This review contains spoilers.
There are only four episodes left in Falling Skies after this one. Only four episodes left, and the straining, struggling Revolutionary War parable will limp to an end in its fifth season, no doubt in a blaze of Mason-based glory and a pile of dead aliens torn to shreds by automatic weapons or some sort of improvised explosive yielded by great sacrifice to the cause. However, for a show in its final season, building up to some sort of big event, Falling Skies is in no hurry to get anywhere and in the process, it’s trying my patience.
Tuning into Falling Skies is getting to be a tedious affair. I don’t enjoy the show as I once did, and sitting down to write about it is getting to be tiresome, as the show has decided to spend its last season wandering around and visiting places untouched by war, slogging out love triangles, and generally behaving like a show in its second or third season, not one planning on wrapping up a full-scale invasion of Earth in under four hours of screen time. It’s going to be a struggle to make it happen without rushing the pace.
This week, Tom is missing from the Second Mass. Rather than fighting with his comrades, he’s recuperating on a farm somewhere in South Carolina. A friendly farmer shot down the bug that was carrying him away to parts unknown, and now Tom is waking up in a lovely farm house with lovely kids, a lovely young widow, and a kindly old-timer. Think The Walking Dead season 2 right down to the idyllic nature, but without the body count and medical training.
I hate these sort of false conflicts, as we know how it’s going to play out before the eldest son even shows up on the scene to try and join the resistance movement. Tom’s going to go away, and he’s going to have some heart-to-hearts in the process. After all, he can’t help but leave a place better than he found it, even when it’s a perfect little camp that features happy kids completely untouched by war, plenty to eat, and the quiet of the old world. Meanwhile, back in Second Mass’s half of the plot, Maggie is going to rip out her super-soldier spikes because otherwise she can’t control herself around Ben, which I guess is a reasonable excuse when you’re in your 30s and he’s not even 18 (I don’t think, the time line is fuzzy for the kids at this point).
My irritation with the episode doesn’t fall on director Jonathan Frakes, who has become a very solid television director and one of the guys to go to to shoot your science-fiction show. He uses the camera well, tapping into the aw-shucks aspect of the storyline without overwhelming it. He manages to turn a farm in the Carolinas into a paradise, using lots of golden light and carefully arranged shots of the surrounding hill country to show how the place could be so isolated and untouched by the war raging around them. The other moments are suitably bleak and drab, with the old distillery serving as a perfect home for the Second Mass because, like them, it’s a shattered hulk of its former self.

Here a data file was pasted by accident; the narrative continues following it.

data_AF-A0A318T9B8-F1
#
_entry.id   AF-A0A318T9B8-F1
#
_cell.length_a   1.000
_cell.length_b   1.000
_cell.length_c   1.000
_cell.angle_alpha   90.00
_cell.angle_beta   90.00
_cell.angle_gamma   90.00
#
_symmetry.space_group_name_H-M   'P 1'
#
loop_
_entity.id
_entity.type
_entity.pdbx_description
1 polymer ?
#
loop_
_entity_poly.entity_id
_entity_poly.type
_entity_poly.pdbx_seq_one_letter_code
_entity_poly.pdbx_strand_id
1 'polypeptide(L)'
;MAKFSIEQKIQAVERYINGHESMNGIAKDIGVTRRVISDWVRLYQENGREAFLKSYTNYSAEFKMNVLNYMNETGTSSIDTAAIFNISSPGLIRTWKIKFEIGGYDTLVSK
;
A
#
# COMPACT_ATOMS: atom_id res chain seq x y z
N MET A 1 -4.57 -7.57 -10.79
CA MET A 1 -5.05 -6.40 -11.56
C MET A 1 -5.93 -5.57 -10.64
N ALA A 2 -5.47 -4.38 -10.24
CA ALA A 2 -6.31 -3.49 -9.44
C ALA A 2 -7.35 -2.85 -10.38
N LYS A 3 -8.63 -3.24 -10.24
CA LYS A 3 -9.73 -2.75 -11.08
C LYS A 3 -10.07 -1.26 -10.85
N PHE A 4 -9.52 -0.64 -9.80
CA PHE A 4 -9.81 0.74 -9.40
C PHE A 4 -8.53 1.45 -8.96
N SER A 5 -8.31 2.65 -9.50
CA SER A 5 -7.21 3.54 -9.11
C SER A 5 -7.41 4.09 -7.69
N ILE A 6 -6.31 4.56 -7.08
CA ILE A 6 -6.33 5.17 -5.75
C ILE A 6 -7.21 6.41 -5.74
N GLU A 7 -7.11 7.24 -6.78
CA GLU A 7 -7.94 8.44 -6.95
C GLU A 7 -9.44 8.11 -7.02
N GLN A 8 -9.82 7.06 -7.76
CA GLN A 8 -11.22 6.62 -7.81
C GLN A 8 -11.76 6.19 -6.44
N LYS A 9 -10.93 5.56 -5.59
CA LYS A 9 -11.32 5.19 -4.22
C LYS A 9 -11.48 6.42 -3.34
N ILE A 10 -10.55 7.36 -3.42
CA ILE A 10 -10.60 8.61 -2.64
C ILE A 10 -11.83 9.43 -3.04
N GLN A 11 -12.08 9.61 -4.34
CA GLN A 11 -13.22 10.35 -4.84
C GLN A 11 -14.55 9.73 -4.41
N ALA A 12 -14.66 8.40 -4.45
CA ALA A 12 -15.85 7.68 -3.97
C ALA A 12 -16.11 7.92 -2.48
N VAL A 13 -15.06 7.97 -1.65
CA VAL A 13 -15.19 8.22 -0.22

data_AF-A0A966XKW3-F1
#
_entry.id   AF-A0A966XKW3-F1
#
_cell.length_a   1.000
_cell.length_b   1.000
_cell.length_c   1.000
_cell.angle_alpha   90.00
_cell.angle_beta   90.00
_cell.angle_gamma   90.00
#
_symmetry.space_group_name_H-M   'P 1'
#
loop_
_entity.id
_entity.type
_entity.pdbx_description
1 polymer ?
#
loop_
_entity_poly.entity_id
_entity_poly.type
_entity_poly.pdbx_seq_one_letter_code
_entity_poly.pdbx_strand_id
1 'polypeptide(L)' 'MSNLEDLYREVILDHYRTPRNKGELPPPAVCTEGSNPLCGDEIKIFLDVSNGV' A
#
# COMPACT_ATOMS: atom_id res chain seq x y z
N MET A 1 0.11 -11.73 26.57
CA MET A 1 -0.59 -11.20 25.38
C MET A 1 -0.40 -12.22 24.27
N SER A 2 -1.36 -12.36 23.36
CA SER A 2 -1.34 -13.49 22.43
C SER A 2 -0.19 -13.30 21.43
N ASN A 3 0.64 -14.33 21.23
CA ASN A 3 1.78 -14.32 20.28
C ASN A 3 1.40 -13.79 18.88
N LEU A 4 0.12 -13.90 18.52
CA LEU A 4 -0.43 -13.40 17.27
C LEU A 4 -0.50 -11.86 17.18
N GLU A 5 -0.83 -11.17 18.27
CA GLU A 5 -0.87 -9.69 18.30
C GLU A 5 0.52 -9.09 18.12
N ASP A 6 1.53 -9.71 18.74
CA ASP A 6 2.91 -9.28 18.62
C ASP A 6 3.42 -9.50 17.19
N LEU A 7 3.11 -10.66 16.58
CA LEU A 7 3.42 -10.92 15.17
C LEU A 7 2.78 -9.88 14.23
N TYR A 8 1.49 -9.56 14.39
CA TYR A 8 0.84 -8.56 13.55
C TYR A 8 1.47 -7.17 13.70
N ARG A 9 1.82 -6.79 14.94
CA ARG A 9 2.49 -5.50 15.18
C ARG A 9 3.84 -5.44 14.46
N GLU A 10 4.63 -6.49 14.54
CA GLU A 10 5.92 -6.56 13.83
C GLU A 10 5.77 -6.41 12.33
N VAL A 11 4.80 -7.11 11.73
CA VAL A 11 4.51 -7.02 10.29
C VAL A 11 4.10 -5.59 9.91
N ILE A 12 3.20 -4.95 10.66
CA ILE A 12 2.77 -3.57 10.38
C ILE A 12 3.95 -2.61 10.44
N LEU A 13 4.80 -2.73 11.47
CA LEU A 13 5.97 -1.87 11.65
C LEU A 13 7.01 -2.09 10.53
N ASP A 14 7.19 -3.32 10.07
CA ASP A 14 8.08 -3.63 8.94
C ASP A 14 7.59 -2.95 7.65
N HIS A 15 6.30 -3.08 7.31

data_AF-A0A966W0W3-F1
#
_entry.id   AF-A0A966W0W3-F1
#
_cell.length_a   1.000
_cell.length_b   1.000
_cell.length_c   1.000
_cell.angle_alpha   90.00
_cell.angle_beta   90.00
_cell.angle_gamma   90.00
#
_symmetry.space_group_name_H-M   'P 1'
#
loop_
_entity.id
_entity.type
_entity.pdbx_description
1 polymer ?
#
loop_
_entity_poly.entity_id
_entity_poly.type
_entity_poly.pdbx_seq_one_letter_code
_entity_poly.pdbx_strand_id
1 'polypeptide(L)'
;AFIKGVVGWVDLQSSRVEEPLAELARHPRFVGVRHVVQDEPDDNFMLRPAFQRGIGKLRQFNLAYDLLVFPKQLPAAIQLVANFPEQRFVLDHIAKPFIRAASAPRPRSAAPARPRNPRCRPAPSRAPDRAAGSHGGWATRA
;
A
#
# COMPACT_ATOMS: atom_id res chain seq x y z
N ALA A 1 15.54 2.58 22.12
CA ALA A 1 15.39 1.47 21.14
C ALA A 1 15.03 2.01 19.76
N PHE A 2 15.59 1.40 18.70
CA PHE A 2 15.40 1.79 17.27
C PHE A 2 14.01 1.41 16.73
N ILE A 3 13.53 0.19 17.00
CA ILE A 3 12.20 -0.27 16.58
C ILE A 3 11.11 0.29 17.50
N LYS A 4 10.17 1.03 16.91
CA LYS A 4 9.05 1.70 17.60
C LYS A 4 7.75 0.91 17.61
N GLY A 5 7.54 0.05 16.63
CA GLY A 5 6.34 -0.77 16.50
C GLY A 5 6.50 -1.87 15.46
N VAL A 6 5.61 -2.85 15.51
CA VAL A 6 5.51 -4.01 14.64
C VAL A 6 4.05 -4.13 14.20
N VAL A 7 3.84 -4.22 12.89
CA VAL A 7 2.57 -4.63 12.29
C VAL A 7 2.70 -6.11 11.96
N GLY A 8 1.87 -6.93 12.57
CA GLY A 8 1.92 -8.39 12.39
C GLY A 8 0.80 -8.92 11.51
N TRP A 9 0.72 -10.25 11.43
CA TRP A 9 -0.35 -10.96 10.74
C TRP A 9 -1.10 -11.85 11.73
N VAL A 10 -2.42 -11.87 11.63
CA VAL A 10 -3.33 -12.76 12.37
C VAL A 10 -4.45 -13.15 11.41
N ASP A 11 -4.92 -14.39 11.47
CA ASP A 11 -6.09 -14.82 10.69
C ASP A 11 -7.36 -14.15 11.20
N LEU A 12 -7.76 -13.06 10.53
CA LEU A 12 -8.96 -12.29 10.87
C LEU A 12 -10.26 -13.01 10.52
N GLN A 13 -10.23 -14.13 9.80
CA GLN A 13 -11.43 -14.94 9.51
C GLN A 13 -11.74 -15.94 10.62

Unfortunately, while Frakes does some good stuff on the visual front with the contrast, writer Ayanna Floyd can’t spice up her material. Tom letting Kyle (the oldest son) choose his own fate is nice, as is Tom’s characteristic speech to convince the boy to stay behind and take care of his family, but it’s pretty much just what you’d expect Tom to do, and it plays out exactly how you’d expect it to play out where Tom’s involved. Tom and Hal limp off back to war, Maggie rids herself of her spike-based attraction to Ben, and Cochise remains the funniest character on the show thanks to his interactions with Anne and the others.
The emergence of Cochise as something other than a plot device feels like it’s too little, too late for the show, though I really like that Doug Jones has something to do behind the makeup and some fun lines to delivery. I’m sure it takes time for aliens to lighten up around humans, or to adapt to human ways of speaking and thinking, but Cochise ought to be an old hand at this point, given all the time he and Shaq have spent hanging out with Tom and Weaver.
Maggie losing her spikes, Cochise and Shaq showing a sense of humour, Tom teasing a dark side, Pope shaving his head and going full villain… Falling Skies is clearly tinkering with the formula, but to do it when the show is coming to an end just seems like poor timing. This is the time to crescendo, not toot aimlessly on a recorder.
US Correspondent Ron Hogan is cruel enough to want Tom and the Second Mass to revisit the farmers in the last episode, only to find all the farmers dead at the hands of an enemy they never bothered to learn how to fight. Find more by Ron daily at Shaktronics and PopFi.
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